December 17, 2019
Narratives of Memory, Migration, and Xenophobia in the European Union and Canada is the distinct culmination of an intensive cross-cultural academic endeavour that explores how memories of the past are intricately intertwined with present-day realities and future aspirations. The book is based on a range of experiences that stem from a summer field school focusing on landscapes of memory in Hungary, Germany, France, and Canada, in the context of migration and xenophobia. Contributors include Canadian and European academics; directors, researchers, and educators working at various European memorial sites; as well as graduate students from a wide range of disciplines. This cross-disciplinary investigation is based on a symposium as well as a series of concert performances in Europe and Canada highlighting the complex and multi-layered narratives of memory. The ultimate goal of this scholarly undertaking is to understand how agents of memory — including the music we listen to, the (his)stories that we tell, and the political and social actions that we engage in — create narratives of the past that allow us to make sense of ourselves in the present and to critically contest and challenge xenophobic and nationalistic renderings of political possibilities.
Dr. Helga K. Hallgrímsdóttir is an Associate Professor in Public Administration and a Research Associate in the Centre for Global Studies at the University of Victoria. Her research interests are primarily in historical sociology, comparative political sociology with a focus on grassroots mobilization and social movements claimsmaking. She currently holds a SSHRC Insight grant as Principal Investigator on the link between austerity policies, economic downturn, and the rise of nationalism in Europe; and the principal investigator on a Jean Monnet Erasmus+ grant and SSHRC Connections grant on memory politics in Canada and Europe.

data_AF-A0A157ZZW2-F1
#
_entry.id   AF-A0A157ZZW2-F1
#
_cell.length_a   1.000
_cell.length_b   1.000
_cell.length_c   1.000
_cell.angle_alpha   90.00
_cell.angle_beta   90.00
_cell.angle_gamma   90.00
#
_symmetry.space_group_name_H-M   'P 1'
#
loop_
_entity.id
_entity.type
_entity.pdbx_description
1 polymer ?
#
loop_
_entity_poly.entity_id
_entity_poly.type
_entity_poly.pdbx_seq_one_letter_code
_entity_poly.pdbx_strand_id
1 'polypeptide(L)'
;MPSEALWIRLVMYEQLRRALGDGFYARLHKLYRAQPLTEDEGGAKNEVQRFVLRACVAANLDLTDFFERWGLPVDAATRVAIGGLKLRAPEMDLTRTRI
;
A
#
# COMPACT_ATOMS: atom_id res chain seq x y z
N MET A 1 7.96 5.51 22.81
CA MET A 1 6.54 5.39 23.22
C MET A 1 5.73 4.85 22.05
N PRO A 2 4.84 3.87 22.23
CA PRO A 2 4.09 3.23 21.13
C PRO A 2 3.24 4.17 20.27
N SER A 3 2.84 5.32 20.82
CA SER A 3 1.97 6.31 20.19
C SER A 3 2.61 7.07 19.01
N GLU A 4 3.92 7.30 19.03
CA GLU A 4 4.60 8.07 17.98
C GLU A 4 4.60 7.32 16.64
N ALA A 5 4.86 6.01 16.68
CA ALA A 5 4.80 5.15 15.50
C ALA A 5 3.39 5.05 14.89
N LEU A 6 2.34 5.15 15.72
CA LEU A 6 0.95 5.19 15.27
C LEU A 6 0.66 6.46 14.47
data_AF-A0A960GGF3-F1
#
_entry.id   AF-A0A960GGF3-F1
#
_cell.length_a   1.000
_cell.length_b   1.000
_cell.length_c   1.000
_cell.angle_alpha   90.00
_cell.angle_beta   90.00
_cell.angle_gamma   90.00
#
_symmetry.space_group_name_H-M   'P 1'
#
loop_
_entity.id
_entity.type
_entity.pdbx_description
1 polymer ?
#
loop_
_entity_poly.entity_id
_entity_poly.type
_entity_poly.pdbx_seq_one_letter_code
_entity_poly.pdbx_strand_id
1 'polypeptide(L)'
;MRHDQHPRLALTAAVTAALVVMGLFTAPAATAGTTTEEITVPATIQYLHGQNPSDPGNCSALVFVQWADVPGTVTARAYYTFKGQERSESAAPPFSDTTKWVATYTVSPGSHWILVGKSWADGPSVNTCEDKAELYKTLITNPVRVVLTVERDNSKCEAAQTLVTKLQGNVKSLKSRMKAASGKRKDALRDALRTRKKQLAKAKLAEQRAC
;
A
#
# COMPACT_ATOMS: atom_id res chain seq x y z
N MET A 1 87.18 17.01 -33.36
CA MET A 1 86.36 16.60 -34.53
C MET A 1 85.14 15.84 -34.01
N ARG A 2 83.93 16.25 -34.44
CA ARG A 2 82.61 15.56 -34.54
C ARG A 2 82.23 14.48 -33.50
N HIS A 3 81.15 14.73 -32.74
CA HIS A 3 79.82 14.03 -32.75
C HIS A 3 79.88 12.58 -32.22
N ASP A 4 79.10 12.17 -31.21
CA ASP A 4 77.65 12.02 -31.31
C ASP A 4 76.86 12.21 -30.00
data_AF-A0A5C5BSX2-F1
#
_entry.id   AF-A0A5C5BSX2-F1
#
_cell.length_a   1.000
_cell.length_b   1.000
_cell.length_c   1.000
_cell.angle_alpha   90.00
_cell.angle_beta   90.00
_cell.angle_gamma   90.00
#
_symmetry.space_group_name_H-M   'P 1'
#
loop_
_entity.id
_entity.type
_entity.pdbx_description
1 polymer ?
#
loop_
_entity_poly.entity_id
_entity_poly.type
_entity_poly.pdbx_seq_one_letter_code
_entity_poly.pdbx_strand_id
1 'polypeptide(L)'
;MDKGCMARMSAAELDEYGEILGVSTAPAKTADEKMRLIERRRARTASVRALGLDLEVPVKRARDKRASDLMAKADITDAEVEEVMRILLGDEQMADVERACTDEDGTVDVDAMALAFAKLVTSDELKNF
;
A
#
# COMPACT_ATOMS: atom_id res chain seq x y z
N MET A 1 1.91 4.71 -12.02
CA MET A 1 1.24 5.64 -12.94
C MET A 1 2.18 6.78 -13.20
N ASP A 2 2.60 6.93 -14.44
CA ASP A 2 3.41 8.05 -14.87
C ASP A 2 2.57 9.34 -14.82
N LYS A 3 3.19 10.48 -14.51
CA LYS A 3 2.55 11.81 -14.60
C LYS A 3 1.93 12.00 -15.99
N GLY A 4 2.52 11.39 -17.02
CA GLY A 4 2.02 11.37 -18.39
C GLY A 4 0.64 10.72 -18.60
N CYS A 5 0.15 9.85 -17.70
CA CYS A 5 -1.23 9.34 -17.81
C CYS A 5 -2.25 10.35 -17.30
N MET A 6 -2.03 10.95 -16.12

Dr. Helga Thorson is an Associate Professor in the Department of Germanic and Slavic Studies at the University of Victoria. She is the Co- Director of the I-witness Field School, a 4- week course on Holocaust memorialization in Europe, which she ran for the first time in 2011. In addition, she is the co-founder of “The Future of Holocaust Memorialization: Confronting Racism, Antisemitism and Homophobia through Memory Work” research collective and one of the co-organizers of the group’s first conference at Central European University in Budapest in 2014, followed by a second international conference at the University of Victoria in 2015. Dr. Thorson has received numerous teaching awards including the Faculty of Humanities Teaching Excellence Award at the University of Victoria in 2012; the Excellence in Teaching for Experiential Learning Award at the University of Victoria in 2017; and most recently a 2019 3M National Teaching Award.
Free Download: https://dspace.library.uvic.ca/handle/1828/11314